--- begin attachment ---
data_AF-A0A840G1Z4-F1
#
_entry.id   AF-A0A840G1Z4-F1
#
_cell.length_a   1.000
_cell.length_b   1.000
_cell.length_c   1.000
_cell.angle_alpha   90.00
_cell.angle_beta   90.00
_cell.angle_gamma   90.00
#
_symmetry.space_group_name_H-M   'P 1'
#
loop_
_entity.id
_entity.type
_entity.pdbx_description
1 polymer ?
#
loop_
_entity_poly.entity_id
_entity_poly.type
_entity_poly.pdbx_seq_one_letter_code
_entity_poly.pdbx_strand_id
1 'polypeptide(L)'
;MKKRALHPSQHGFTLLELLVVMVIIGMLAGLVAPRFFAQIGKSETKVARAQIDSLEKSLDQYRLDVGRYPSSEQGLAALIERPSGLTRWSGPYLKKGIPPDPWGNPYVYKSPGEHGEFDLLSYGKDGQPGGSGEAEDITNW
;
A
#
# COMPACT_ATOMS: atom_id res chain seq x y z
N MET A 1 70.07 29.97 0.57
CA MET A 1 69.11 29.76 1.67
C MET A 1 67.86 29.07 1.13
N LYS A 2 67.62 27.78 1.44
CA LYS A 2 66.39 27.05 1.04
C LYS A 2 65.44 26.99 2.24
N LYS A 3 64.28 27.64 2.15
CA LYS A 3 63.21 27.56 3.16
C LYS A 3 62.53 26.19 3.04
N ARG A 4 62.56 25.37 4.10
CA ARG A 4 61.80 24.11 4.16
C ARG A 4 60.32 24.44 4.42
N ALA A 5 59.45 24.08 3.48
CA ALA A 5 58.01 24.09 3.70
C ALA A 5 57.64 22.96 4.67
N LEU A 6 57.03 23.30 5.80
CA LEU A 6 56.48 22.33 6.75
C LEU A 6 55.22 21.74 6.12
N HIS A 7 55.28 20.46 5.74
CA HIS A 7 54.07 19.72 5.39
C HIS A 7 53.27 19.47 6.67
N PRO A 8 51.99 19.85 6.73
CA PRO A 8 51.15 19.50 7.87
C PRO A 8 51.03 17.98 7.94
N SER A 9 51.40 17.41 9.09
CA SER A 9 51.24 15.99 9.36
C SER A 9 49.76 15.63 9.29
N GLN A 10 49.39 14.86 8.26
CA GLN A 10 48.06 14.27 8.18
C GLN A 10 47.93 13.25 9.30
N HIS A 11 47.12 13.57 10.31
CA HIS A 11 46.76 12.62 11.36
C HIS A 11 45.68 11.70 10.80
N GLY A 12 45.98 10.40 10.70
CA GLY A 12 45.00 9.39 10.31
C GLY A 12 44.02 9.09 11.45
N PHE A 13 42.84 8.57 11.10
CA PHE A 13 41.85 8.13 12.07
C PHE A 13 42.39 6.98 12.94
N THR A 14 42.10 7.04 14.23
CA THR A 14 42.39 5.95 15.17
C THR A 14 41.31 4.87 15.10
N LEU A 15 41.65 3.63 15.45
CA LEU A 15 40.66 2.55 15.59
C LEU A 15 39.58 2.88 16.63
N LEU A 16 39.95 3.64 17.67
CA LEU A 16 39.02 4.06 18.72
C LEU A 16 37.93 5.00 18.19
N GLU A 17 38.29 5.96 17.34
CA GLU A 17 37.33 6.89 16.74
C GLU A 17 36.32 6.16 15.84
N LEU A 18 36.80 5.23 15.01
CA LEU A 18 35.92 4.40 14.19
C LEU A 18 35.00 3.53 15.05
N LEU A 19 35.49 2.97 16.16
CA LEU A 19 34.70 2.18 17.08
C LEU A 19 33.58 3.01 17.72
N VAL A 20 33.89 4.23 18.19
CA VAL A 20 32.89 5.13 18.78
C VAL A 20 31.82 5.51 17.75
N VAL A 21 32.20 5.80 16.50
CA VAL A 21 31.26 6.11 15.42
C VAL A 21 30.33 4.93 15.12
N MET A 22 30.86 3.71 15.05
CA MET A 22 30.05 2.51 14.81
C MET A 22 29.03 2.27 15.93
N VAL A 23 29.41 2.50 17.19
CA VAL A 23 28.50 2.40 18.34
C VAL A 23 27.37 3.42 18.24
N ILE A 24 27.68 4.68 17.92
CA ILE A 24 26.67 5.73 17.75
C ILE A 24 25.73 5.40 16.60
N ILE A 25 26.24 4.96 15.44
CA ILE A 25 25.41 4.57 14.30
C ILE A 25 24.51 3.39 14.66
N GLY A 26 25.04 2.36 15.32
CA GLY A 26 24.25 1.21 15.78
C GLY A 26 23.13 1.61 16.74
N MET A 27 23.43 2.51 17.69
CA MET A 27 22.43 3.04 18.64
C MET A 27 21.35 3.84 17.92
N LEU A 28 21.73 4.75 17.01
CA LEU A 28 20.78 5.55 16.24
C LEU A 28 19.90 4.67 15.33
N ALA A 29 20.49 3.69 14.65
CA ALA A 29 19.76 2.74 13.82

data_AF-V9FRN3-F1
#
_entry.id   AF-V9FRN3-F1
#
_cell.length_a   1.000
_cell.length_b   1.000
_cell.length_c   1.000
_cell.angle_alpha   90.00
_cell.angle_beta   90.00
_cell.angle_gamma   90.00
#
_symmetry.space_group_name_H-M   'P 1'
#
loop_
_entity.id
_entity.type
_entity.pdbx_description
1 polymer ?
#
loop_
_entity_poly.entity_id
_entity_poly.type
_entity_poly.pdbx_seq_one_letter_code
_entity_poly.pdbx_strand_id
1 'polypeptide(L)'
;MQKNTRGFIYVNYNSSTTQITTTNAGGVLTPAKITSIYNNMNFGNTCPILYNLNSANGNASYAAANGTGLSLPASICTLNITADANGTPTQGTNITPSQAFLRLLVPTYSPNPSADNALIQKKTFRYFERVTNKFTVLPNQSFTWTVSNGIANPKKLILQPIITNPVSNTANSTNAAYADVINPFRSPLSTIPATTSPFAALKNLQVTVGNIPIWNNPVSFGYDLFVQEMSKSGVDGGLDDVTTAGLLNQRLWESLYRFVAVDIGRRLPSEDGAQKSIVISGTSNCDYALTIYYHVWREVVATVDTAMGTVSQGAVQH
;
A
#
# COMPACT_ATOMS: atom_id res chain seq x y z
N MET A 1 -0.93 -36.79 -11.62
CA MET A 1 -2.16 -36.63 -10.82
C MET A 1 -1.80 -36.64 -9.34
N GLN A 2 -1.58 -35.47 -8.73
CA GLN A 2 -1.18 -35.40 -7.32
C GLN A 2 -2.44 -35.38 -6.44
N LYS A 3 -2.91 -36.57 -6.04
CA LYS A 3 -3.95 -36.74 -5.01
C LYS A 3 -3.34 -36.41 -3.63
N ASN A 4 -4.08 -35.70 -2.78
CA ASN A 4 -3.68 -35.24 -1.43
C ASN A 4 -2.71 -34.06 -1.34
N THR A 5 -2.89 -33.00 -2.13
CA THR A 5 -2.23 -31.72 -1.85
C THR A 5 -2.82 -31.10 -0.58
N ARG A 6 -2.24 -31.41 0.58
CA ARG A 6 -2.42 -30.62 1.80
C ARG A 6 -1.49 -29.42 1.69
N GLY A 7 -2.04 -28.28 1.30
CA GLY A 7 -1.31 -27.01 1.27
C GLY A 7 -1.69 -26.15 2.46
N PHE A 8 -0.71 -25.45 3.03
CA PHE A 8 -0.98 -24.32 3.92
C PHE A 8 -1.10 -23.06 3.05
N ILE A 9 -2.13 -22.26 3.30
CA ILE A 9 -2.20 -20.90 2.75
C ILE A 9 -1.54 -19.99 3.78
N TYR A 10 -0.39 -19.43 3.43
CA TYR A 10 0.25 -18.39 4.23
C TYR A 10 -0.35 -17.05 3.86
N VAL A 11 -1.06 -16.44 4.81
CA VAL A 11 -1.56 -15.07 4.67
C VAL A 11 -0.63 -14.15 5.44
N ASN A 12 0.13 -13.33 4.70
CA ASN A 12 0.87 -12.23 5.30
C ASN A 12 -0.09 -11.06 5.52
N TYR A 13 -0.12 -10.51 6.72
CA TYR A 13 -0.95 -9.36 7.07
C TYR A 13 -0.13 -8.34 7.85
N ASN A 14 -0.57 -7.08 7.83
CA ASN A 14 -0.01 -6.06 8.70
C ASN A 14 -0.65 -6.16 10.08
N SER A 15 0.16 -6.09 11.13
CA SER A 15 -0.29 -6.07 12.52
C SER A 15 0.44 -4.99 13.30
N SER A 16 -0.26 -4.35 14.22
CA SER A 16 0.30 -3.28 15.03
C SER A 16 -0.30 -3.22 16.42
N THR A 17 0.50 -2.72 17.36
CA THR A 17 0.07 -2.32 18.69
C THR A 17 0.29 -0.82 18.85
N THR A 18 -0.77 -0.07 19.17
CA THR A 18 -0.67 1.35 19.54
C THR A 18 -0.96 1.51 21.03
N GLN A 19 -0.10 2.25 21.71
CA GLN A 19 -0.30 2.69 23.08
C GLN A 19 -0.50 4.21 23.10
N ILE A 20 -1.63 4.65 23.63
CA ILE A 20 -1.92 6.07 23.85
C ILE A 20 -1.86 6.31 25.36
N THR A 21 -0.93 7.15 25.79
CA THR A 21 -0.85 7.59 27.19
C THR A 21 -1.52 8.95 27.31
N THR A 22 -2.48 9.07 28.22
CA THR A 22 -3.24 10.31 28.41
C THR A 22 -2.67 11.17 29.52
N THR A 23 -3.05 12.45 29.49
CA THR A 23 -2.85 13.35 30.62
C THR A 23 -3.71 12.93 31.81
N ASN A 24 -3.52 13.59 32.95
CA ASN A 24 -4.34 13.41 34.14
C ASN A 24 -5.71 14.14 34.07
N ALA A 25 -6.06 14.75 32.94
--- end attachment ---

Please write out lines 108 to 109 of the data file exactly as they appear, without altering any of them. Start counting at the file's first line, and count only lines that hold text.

C GLY A 26 23.13 1.61 16.74
N MET A 27 23.43 2.51 17.69